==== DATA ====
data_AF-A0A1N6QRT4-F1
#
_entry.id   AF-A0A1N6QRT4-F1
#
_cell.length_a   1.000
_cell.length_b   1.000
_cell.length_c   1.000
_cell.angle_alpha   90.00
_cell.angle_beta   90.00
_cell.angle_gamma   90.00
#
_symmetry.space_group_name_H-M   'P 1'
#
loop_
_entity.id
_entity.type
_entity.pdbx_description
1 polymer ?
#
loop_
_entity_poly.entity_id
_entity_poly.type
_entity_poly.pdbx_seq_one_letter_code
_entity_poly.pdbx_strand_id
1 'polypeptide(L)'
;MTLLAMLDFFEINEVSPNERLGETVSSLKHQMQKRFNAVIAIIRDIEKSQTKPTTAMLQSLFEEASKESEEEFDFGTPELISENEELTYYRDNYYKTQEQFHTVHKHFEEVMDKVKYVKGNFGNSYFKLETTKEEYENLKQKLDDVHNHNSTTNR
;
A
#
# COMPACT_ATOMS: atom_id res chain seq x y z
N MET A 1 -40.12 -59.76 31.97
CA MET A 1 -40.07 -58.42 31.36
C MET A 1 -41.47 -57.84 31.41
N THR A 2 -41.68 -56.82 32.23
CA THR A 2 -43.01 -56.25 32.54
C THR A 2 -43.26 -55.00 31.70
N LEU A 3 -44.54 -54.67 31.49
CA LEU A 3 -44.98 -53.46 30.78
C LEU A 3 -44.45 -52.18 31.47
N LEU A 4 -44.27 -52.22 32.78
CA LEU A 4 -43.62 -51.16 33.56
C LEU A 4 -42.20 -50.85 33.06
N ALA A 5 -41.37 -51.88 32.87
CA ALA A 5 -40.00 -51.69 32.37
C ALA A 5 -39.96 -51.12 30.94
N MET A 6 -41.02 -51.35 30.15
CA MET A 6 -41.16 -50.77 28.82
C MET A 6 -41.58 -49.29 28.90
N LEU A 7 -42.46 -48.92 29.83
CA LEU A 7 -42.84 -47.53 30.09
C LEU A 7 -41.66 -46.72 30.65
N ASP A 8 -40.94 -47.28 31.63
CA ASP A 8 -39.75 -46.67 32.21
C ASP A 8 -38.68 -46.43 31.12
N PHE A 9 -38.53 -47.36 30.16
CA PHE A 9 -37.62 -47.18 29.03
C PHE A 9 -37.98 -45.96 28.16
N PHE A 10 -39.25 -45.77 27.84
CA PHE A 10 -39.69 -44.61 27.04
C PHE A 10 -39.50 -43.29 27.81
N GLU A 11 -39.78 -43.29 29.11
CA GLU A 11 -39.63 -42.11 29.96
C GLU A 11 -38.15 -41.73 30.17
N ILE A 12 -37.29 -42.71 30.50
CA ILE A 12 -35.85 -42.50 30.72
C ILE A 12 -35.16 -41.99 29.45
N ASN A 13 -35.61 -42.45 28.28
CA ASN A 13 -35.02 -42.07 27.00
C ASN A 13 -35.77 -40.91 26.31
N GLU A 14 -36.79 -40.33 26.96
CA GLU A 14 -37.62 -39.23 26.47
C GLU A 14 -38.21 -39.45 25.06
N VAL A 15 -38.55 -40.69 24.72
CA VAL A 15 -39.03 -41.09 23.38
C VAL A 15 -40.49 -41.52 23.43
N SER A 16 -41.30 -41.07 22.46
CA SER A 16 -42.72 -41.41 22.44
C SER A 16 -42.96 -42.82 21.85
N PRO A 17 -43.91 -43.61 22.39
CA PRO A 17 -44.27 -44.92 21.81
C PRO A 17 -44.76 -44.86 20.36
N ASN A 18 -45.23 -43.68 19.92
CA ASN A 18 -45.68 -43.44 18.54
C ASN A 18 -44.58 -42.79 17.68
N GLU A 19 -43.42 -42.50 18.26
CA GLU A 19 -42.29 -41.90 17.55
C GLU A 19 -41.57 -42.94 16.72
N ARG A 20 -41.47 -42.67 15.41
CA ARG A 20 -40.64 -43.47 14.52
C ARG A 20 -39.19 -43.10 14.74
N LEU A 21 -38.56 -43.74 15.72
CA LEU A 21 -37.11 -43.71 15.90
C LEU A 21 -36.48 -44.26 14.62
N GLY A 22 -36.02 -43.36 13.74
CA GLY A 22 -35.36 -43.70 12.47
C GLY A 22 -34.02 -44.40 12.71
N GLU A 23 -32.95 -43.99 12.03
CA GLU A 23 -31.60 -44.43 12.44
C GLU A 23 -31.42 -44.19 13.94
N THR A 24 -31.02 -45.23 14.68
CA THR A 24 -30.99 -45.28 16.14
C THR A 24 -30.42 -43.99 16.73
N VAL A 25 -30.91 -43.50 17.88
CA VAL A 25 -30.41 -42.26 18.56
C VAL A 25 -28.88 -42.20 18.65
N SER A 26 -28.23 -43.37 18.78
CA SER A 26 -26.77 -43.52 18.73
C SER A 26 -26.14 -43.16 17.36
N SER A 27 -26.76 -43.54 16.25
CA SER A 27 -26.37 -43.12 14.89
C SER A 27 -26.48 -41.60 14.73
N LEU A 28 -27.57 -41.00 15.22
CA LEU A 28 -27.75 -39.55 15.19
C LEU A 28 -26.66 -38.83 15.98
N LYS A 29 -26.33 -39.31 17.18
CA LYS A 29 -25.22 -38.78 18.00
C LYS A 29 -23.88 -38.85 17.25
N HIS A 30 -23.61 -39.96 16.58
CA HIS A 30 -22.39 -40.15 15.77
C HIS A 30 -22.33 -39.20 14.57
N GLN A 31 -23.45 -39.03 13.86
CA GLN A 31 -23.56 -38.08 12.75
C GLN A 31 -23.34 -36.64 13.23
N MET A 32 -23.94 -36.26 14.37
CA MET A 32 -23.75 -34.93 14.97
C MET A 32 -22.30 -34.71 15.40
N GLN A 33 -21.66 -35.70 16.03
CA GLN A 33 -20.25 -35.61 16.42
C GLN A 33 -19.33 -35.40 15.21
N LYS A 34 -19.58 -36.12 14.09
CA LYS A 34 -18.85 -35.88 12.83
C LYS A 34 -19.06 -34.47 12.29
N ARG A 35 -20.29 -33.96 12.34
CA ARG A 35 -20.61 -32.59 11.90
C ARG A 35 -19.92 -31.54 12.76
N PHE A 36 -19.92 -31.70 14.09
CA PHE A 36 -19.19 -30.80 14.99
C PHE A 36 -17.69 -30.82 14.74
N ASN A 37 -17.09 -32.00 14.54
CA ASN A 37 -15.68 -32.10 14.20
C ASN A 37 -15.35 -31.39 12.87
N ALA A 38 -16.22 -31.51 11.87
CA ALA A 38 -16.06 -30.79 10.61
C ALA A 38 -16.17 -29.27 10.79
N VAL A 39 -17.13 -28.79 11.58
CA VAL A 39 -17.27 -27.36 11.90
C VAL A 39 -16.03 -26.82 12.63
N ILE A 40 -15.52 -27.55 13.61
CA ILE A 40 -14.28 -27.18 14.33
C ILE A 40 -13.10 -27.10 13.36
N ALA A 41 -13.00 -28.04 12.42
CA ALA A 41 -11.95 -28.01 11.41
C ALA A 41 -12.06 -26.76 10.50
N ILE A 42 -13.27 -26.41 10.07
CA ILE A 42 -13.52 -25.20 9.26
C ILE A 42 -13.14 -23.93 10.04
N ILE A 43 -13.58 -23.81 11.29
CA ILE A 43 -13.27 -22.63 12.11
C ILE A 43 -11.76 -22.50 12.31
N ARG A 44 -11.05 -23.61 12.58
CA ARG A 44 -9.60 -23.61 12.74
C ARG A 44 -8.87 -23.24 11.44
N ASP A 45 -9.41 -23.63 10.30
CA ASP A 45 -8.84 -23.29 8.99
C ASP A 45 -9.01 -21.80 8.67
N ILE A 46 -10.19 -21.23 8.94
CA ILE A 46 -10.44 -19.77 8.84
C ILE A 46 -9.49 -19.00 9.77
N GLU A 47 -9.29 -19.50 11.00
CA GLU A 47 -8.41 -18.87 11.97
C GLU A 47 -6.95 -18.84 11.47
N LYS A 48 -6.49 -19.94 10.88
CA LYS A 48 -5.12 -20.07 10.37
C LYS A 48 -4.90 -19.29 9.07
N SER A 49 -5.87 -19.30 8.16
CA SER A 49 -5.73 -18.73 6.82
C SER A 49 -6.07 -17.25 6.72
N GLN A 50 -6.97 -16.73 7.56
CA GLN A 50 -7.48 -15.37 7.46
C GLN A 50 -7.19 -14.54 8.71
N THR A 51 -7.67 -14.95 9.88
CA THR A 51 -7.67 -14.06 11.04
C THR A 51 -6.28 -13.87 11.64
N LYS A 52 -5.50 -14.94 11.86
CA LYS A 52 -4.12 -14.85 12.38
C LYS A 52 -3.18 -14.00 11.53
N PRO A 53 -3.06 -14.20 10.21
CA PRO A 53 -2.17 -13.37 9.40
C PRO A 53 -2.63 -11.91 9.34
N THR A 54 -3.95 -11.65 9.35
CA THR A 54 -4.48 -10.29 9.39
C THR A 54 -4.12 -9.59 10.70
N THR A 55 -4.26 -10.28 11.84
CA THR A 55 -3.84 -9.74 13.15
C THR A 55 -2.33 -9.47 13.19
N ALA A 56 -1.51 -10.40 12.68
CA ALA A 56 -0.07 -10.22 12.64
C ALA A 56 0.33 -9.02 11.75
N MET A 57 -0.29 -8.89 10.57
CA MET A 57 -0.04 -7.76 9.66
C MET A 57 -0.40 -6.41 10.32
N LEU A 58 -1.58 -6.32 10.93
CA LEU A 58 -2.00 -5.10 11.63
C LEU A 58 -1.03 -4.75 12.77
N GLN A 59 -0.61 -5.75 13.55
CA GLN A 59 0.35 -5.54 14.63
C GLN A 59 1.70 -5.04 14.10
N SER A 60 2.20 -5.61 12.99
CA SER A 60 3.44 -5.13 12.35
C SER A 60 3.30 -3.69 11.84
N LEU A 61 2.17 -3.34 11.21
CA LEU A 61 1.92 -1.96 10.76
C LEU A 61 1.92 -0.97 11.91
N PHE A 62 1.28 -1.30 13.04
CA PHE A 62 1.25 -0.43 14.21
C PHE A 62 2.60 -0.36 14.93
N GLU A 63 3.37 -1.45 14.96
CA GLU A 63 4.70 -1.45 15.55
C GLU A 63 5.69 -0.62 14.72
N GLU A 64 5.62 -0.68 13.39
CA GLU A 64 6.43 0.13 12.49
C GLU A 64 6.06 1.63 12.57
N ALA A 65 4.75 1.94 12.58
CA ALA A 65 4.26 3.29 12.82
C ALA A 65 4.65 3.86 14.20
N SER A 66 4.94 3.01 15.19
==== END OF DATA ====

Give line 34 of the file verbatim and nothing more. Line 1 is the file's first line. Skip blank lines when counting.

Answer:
N THR A 2 -41.68 -56.82 32.23